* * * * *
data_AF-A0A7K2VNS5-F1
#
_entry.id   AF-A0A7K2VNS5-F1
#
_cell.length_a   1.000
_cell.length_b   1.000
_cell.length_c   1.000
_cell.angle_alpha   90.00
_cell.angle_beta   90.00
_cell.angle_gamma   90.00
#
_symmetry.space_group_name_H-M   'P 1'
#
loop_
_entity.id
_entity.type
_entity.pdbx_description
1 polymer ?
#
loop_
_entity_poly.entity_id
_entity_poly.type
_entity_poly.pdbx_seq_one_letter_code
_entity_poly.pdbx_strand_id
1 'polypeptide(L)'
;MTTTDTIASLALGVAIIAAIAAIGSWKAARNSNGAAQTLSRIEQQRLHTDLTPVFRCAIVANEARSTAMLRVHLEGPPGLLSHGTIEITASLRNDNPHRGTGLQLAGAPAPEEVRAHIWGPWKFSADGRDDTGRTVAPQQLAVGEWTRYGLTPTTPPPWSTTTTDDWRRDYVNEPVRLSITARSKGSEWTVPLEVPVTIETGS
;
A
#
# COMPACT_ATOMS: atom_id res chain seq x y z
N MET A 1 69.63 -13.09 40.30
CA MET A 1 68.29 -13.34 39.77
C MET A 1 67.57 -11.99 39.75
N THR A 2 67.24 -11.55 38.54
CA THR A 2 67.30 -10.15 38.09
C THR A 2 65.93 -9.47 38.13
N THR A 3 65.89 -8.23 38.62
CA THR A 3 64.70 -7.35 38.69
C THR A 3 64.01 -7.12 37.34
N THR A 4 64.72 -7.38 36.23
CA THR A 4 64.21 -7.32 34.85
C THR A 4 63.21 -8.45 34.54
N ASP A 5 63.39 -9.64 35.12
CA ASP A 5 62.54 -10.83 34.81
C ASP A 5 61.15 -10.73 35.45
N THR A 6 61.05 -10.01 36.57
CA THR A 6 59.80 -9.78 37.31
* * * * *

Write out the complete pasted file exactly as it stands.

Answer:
data_AF-A0A7K2VNS5-F1
#
_entry.id   AF-A0A7K2VNS5-F1
#
_cell.length_a   1.000
_cell.length_b   1.000
_cell.length_c   1.000
_cell.angle_alpha   90.00
_cell.angle_beta   90.00
_cell.angle_gamma   90.00
#
_symmetry.space_group_name_H-M   'P 1'
#
loop_
_entity.id
_entity.type
_entity.pdbx_description
1 polymer ?
#
loop_
_entity_poly.entity_id
_entity_poly.type
_entity_poly.pdbx_seq_one_letter_code
_entity_poly.pdbx_strand_id
1 'polypeptide(L)'
;MTTTDTIASLALGVAIIAAIAAIGSWKAARNSNGAAQTLSRIEQQRLHTDLTPVFRCAIVANEARSTAMLRVHLEGPPGLLSHGTIEITASLRNDNPHRGTGLQLAGAPAPEEVRAHIWGPWKFSADGRDDTGRTVAPQQLAVGEWTRYGLTPTTPPPWSTTTTDDWRRDYVNEPVRLSITARSKGSEWTVPLEVPVTIETGS
;
A
#
# COMPACT_ATOMS: atom_id res chain seq x y z
N MET A 1 69.63 -13.09 40.30
CA MET A 1 68.29 -13.34 39.77
C MET A 1 67.57 -11.99 39.75
N THR A 2 67.24 -11.55 38.54
CA THR A 2 67.30 -10.15 38.09
C THR A 2 65.93 -9.47 38.13
N THR A 3 65.89 -8.23 38.62
CA THR A 3 64.70 -7.35 38.69
C THR A 3 64.01 -7.12 37.34
N THR A 4 64.72 -7.38 36.23
CA THR A 4 64.21 -7.32 34.85
C THR A 4 63.21 -8.45 34.54
N ASP A 5 63.39 -9.64 35.12
CA ASP A 5 62.54 -10.83 34.81
C ASP A 5 61.15 -10.73 35.45
N THR A 6 61.05 -10.01 36.57
CA THR A 6 59.80 -9.78 37.31